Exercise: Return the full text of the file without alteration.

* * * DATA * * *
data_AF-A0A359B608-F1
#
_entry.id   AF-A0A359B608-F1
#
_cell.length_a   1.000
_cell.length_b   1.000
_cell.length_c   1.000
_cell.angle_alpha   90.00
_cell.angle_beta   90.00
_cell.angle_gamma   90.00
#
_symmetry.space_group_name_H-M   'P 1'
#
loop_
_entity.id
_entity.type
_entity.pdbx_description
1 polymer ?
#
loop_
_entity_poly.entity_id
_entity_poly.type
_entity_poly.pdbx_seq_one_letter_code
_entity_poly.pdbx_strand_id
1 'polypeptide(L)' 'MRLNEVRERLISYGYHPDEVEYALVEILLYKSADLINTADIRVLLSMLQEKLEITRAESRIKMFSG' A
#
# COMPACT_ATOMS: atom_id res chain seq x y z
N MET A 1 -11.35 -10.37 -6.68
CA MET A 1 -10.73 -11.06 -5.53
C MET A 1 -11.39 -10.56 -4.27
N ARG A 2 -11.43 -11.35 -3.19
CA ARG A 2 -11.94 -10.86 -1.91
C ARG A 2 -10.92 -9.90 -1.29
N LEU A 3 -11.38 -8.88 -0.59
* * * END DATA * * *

data_AF-A0A359B608-F1
#
_entry.id   AF-A0A359B608-F1
#
_cell.length_a   1.000
_cell.length_b   1.000
_cell.length_c   1.000
_cell.angle_alpha   90.00
_cell.angle_beta   90.00
_cell.angle_gamma   90.00
#
_symmetry.space_group_name_H-M   'P 1'
#
loop_
_entity.id
_entity.type
_entity.pdbx_description
1 polymer ?
#
loop_
_entity_poly.entity_id
_entity_poly.type
_entity_poly.pdbx_seq_one_letter_code
_entity_poly.pdbx_strand_id
1 'polypeptide(L)' 'MRLNEVRERLISYGYHPDEVEYALVEILLYKSADLINTADIRVLLSMLQEKLEITRAESRIKMFSG' A
#
# COMPACT_ATOMS: atom_id res chain seq x y z
N MET A 1 -11.35 -10.37 -6.68
CA MET A 1 -10.73 -11.06 -5.53
C MET A 1 -11.39 -10.56 -4.27
N ARG A 2 -11.43 -11.35 -3.19
CA ARG A 2 -11.94 -10.86 -1.91
C ARG A 2 -10.92 -9.90 -1.29
N LEU A 3 -11.38 -8.88 -0.59